January 2008 was a dark and tragic time for the family of Denise Amber Lee. A man later identified as Michael King, 36, forced his way into the Lee family home as Denise, then 23, was alone with her two young boys. King told Denise to place her two young sons into a crib under the threat that he would kill her children if she refused to comply. King then made Denise leave with him and she did as he ordered; anything to protect her boys. Denise was bound and shoved into the back seat of King's green Camaro. He took her to his house and brutally raped her for hours, forced her back into his Camaro, and visited a cousin asking for a shovel and several other tools. King's cousin could hear Denise cry for help and did nothing, as he handed King the tools he needed to complete his evil plan that began the day he targeted the young and vibrant Mrs. Lee. Michael King drove Denise to a remote area of town and ended her life with a single bullet to the head. Denise Lee was left, buried in a shallow grave. King then fled the scene, bringing to an end a beautiful life and leaving her husband Nathan Lee, her beloved boys, and many friends and her close knit family to live the rest of their lives without the joy of her loving presence.
That story, in itself is a tragedy that changed the lives of her family and friends for all time, but that is sadly not even close to the end of the story.
Sharon Villatoro was alone and deathly ill on November 21, 2009. Sharon had a reaction to medication that caused unbearable symptoms. Sharon experienced the side effects of an allergic reaction; the feeling of her skin crawling, she felt as if her face was burning and her throat began swell, cutting off her oxygen supply and making it impossible to speak. Sharron eventually died, unable to breathe, in an episode that took place in mere minutes of complete terror as she helplessly watched her life slip away; Sharon Villatoro was 42. The sad event took place in the same small Florida town that Denise Amber Lee was murdered. Sharon was the single mother of four children under the age of fifteen. Three of her children were adopted siblings. Now her children face Christmas alone, their mother taken from them far too soon and without reason.
Just days ago, December 16, 2009, Brian Wood, 55, died. As Brian drove down a remote road he struck a light standard and was found sixteen hours later, dead and alone, lying next to his vehicle. Brian was a popular local business owner of Suncoast-V Twin Motorcycle Shop in North Port, Florida, from the same town Denise Lee and Sharon Villatoro had lived. He left behind many friends and loved ones. Many believe Brian could have been saved.
North Port is a small, thriving bedroom community in Southwest Florida. The tight knit community was reeling from the loss of three of its best when they lost Denise, Sharon and Brian. The fact that every single one of these people could and should have been saved is the horrific tragedy that connects the three deaths. The culprit is one you may never imagine; they died horribly due to unforgivable errors by 911 Emergency personnel.
Denise Lee not only managed to contact a 911 operator by miraculously getting a hold of King's cellular phone, but she also had an eyewitness who followed King's car for blocks. Eyewitness, Jane Kowalski, explained in great detail all she observed as she kept pace with King's car; Denise still bound and bruised in the back seat. Her quick thinking and precise directions should have made all the difference. For a reason that defies understanding, the 911 operator never reported Jane's call to police. The police were already aware Denise was missing and they even had a description of King's green Camaro. Jane drove next to King and Denise as she stayed on the phone with 911 and continued to report all she observed to the operator, she then watched helplessly as King turned away at an intersection and onto a well known road. She told the operator exactly where King turned and what direction he was going. She watched the Camaro drive away with Denise still pleading for help. Michael King turned away from Jane Kowalski onto the very street that Denise was later discovered, dead, violated, battered and buried in a shallow grave with a bullet in her head. The 911 operator responsible for the call was placed on paid leave after the incident came to light.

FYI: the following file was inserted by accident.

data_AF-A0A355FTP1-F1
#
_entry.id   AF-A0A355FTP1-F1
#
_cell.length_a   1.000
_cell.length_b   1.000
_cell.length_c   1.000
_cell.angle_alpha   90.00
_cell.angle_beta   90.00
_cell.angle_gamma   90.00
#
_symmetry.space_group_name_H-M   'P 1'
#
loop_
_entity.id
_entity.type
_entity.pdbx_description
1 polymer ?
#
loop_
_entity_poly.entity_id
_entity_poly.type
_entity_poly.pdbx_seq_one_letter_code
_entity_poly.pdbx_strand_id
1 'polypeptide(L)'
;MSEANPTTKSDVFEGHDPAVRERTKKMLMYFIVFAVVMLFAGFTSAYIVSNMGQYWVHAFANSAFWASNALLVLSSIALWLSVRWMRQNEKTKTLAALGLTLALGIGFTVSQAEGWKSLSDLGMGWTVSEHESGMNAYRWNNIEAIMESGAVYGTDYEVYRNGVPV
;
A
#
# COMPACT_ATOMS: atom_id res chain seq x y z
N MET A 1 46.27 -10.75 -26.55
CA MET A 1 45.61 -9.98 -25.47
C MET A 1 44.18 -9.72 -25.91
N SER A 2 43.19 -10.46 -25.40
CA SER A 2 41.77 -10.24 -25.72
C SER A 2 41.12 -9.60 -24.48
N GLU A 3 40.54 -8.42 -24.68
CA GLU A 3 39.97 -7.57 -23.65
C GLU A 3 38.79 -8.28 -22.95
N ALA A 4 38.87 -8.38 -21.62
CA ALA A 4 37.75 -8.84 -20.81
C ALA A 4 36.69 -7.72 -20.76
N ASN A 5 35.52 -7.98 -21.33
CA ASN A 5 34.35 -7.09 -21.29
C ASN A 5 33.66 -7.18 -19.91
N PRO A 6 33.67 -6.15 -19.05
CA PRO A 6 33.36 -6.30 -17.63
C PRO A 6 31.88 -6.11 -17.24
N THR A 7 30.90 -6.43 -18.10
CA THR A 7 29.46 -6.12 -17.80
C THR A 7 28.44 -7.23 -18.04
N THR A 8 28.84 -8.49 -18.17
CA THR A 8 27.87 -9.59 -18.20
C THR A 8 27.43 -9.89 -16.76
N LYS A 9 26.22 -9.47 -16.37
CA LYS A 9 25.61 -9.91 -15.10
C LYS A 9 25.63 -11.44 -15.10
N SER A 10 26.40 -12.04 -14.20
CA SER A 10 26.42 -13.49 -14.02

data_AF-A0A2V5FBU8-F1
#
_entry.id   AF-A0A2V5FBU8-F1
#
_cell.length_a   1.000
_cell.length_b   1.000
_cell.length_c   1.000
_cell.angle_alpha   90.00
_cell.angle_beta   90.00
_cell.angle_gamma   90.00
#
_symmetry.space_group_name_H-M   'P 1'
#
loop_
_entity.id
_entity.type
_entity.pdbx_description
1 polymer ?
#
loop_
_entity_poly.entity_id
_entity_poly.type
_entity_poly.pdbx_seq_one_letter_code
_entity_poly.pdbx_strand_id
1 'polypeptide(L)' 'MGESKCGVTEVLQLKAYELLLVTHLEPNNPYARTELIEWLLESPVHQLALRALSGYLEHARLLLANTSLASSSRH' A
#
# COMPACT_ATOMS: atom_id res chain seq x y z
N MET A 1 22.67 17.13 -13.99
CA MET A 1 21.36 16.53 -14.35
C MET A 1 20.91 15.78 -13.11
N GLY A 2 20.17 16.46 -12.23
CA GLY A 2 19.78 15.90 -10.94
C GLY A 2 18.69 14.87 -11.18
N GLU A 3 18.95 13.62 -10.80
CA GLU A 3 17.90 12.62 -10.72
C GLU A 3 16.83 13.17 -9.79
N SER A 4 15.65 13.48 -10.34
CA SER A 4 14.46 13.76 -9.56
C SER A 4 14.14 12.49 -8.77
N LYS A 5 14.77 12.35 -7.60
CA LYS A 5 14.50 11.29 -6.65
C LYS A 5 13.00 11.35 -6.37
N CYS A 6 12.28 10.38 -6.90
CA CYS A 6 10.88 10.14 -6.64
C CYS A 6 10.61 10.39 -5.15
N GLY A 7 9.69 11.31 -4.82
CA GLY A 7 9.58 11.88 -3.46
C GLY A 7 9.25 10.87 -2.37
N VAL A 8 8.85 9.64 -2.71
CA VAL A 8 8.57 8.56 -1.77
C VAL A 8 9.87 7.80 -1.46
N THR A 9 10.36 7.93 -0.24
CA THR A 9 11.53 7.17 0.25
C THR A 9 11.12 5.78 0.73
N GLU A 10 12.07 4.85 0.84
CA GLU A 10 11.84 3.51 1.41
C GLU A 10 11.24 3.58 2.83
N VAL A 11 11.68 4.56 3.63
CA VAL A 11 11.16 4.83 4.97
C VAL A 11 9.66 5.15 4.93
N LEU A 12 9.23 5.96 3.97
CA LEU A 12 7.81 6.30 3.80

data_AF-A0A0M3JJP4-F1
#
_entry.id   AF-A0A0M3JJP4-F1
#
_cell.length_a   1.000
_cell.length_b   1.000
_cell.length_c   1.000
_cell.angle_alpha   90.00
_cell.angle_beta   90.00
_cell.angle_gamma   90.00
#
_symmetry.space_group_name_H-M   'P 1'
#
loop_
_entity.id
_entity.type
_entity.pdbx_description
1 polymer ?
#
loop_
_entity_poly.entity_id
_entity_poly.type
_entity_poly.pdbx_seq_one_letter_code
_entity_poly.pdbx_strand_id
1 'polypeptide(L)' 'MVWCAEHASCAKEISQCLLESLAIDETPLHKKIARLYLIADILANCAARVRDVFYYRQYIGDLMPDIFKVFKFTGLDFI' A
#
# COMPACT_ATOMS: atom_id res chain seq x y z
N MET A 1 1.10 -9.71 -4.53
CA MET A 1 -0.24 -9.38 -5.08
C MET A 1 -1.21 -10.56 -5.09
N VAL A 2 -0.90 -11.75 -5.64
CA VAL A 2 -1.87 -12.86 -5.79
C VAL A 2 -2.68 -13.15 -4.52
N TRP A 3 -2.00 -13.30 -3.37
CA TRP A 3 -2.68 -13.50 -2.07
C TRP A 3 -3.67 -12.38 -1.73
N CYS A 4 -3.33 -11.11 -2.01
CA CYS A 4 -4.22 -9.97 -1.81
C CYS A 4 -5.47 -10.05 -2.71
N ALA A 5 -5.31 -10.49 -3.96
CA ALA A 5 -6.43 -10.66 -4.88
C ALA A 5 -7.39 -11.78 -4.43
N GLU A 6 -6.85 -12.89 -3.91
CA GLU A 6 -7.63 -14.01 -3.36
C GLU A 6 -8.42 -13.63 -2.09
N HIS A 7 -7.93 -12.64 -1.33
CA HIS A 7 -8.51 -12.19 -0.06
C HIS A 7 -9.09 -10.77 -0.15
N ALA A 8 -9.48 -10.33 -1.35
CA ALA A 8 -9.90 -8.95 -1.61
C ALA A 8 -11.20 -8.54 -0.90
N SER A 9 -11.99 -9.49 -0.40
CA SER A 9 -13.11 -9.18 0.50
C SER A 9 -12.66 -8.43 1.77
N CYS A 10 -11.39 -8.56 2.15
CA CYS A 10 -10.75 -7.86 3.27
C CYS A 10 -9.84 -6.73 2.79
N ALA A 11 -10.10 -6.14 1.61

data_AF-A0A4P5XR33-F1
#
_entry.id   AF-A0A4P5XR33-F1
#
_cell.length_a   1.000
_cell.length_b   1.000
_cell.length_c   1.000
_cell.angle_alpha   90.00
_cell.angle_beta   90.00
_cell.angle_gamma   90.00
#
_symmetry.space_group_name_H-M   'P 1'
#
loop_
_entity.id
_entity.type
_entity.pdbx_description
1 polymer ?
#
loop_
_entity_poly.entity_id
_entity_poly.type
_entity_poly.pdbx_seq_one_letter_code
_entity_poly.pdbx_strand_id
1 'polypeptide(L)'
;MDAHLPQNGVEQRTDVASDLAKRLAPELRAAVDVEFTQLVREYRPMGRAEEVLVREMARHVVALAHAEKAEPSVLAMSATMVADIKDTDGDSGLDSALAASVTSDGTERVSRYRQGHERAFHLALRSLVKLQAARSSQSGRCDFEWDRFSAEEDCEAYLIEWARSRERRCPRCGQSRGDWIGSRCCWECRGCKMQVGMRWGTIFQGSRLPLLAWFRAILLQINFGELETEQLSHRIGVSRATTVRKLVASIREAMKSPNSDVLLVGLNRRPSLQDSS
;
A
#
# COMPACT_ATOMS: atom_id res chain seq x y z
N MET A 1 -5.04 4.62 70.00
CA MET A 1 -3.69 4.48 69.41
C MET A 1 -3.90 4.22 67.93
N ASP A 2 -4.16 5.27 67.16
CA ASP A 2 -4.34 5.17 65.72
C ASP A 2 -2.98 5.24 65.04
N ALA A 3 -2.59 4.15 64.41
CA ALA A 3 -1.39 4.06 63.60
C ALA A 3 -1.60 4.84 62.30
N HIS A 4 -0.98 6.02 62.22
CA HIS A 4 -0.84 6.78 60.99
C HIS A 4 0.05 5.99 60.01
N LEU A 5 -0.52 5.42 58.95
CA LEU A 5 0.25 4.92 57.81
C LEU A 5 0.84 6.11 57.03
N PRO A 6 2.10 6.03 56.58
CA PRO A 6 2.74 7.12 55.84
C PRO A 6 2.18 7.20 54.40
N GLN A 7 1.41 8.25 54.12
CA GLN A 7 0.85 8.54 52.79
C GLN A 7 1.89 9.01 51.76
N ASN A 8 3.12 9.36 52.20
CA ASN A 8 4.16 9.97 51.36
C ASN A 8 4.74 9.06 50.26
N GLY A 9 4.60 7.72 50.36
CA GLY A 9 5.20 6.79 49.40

Sharon Villatoro called 911, in a desperate plea for help. She was very aware that her life was rapidly slipping away and needed immediate care; she was also aware she needed Benadryl and was ordered by the dispatcher not to "eat or drink' anything because it might cause her to "get sick and cause problems for the doctor". Sharon can be heard on the 911 tape warning the operator she was losing consciousness, her throat was closing and she couldn't breathe. She can be heard moaning and gurgling as she felt her situation become more and more desperate. The operator was heard on the 911 tape telling Sharon to 'relax' and 'find a comfortable position' in the six minutes she was on the phone with Villatoro. Eventually, a team of two paramedics was dispatched. The 911 call was disconnected. The two first responders at the scene called for backup; one paramedic was still in training and no indication of the seriousness of Sharon's condition was relayed to paramedics. The back up team arrived eventually, but without their officer, Lt. Bob Combs. Combs decided to stay behind at a soccer game he had snuck away to coach while still on duty. Sharon died at the hospital, the mistakes made by those who promised to serve the citizens of North Port, cost her everything. All that transpired after the 911 call was disconnected is still in question. What is known for sure; mistakes were made that cost the life of the single mother. Combs resigned and the 911 operator was put on paid leave pending the investigation.
Business owner Brian Green called 911 when he first made impact with the light pole. Unable to speak, his call was disconnected. Just minutes later, a group of teens saw him slumped over outside the truck and hurried back to a convenience store to call 911. The young man making the call tried desperately to tell the 911 operator the location of the injured man. The caller was unsure of the exact name of one street, but knew every street that intersected and by-passed the accident site. He was told "they didn't do things that way" when he begged someone to send police and paramedics to the scene. For some reason, one of the street names did not show up in the police database and no one was sent. The next afternoon, a police cruiser spotted the truck and Brian Green. Needless to say, he was dead after spending sixteen hours alone and dying by the side of the road.